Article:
October 14, 2008

The humanities ultimately are formative, not informative

The Culture We Deserve
from Thoughts, Books, and Philosophy by jhbowden

Barzun asserted that art and culture do not belong in a university, in the sense that the university is not their natural home. Great art is meant to be fun. The words amateur and dilettante, which have been turned into words of contempt, in their original sense meant “lover” and “seeker of delight.” Before 1850, after all, there weren’t any subjects and courses to instruct a lover of the arts. Few even believed the arts should be studied in the spirit of the sciences. Rather than methods and theories, the arts presuppose what Pascal called esprit de finesse, an intuitive understanding that seizes upon the character of its object as a whole...

A history, Barzun argued, is a piece of writing meant to be read. History, by showing the heroic side in man side by side with the vile, exercises our imagination and furnishes it. A good history shows the movers and shakers because if we delete them, the story is missing from the history. Too often an enterprising historian will try to make a name for himself by imposing an original idea upon events, a single cause. However, the presence or absence of particular individuals, along with sheer contingencies, both make a difference to the outcome of events; Barzun warned us not to miss the motive power nor the accidents interwoven in the passage of time. History is a product of acts of intelligence, will, and self-interest; things like the Colt revolver and barbed wire simply do not appear out of the ether.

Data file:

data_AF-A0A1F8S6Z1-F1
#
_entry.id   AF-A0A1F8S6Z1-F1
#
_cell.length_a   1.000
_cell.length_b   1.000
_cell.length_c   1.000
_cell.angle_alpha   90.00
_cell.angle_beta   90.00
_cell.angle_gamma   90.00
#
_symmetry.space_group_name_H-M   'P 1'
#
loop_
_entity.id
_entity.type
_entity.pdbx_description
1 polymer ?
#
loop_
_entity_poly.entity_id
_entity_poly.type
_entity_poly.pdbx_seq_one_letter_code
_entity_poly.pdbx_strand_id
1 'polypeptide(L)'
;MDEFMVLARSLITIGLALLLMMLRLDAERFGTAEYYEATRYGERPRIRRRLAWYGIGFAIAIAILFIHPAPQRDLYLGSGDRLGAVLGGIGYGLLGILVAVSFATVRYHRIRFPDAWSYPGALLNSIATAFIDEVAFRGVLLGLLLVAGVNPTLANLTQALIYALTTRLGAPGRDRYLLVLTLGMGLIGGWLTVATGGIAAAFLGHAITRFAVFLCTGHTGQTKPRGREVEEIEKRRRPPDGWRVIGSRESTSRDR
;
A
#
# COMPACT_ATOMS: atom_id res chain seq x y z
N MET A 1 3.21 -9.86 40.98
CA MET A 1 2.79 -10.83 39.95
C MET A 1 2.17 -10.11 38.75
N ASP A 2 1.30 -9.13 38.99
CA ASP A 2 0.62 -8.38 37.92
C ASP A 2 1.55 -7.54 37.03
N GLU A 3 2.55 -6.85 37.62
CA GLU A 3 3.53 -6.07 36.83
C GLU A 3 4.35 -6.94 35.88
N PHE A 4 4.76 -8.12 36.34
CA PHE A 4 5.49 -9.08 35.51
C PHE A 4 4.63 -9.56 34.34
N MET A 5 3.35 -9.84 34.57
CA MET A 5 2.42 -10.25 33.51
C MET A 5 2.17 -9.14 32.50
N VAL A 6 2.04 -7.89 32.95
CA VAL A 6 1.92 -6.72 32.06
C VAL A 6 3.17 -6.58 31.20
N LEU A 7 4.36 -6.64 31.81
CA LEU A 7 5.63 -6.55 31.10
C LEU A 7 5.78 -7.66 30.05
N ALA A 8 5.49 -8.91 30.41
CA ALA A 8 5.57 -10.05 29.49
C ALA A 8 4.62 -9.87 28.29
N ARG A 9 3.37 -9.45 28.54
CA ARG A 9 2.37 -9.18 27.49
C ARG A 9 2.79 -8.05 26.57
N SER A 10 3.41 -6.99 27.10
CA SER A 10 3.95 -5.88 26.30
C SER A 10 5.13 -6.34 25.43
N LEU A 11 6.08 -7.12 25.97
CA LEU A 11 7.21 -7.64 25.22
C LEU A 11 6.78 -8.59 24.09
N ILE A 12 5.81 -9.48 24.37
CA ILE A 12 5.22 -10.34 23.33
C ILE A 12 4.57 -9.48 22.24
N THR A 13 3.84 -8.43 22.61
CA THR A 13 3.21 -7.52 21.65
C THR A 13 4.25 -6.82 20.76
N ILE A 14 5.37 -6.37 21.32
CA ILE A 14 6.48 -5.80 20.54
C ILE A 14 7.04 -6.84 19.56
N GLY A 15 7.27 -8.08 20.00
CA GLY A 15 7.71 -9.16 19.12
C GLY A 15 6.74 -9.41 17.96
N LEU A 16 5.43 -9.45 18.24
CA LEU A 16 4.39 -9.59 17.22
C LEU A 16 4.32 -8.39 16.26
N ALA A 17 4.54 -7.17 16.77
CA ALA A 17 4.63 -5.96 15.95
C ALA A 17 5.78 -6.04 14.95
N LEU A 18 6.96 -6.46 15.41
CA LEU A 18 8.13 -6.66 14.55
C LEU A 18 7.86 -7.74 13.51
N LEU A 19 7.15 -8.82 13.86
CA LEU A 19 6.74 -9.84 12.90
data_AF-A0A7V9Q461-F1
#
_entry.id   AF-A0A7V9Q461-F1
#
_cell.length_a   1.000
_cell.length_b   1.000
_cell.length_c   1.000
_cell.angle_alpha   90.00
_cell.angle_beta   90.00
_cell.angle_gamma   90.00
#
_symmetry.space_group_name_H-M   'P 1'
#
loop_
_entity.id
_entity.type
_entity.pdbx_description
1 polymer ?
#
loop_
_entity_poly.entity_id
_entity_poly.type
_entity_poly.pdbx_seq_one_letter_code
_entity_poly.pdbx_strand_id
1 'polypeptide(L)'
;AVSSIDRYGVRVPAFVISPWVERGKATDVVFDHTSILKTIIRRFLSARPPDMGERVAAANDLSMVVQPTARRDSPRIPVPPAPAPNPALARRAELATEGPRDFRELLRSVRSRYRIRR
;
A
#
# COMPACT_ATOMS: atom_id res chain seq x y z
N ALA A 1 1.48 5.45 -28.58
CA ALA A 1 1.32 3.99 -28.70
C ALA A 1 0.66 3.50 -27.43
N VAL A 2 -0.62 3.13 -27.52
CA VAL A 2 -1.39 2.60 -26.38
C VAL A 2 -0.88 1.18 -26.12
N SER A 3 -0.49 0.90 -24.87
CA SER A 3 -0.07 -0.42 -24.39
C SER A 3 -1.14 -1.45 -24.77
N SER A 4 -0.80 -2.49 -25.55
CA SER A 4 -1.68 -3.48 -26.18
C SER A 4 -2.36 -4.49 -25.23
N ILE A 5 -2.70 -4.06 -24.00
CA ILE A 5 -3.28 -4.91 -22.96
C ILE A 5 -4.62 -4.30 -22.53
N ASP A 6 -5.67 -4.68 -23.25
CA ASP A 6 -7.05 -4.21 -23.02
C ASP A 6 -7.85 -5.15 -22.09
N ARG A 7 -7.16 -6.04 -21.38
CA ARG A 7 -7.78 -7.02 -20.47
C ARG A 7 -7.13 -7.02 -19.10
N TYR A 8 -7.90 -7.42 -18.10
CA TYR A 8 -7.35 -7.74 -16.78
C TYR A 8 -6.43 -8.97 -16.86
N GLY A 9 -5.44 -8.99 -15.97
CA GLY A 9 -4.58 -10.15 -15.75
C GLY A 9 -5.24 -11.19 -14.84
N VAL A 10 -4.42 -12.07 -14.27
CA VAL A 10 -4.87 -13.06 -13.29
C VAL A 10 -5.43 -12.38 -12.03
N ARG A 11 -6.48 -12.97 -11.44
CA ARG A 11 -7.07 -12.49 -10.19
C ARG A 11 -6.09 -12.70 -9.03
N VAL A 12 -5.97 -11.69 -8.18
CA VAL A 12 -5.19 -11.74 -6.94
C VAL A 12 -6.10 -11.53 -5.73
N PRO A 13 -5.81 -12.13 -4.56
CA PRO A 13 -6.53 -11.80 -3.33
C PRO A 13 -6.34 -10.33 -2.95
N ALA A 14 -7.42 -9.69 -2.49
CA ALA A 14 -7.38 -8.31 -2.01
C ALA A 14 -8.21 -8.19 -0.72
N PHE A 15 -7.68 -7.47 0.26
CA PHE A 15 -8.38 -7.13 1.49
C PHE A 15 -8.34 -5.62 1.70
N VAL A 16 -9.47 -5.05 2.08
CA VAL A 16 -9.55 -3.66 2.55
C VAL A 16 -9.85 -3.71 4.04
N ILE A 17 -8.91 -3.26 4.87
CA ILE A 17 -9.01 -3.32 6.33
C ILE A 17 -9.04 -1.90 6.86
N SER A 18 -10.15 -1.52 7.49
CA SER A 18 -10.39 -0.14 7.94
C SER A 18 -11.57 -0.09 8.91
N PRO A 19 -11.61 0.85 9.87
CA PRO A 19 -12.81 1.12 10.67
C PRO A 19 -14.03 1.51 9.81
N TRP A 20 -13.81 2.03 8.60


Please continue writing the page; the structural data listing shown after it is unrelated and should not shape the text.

History extends our experience by building an intuition of what is likely and what is important. After all, the humanities ultimately are formative, not informative; they organize our minds and make us attentive to the world. Relativist in the true sense of the word, the humanities link and relate the human soul to the rest of existence. The humanities broaden our horizons by giving us a taste of the philosophic atmosphere and historical perspective. As William James roughly described it, a liberal education allows us to know a good man when we see him; it is not only important for man to have skill, but to be a judge of skill, particularly of other men. Jacques Barzun, The Culture We Deserve (Middletown, Connecticut: Wesleyan University Press, 1989)

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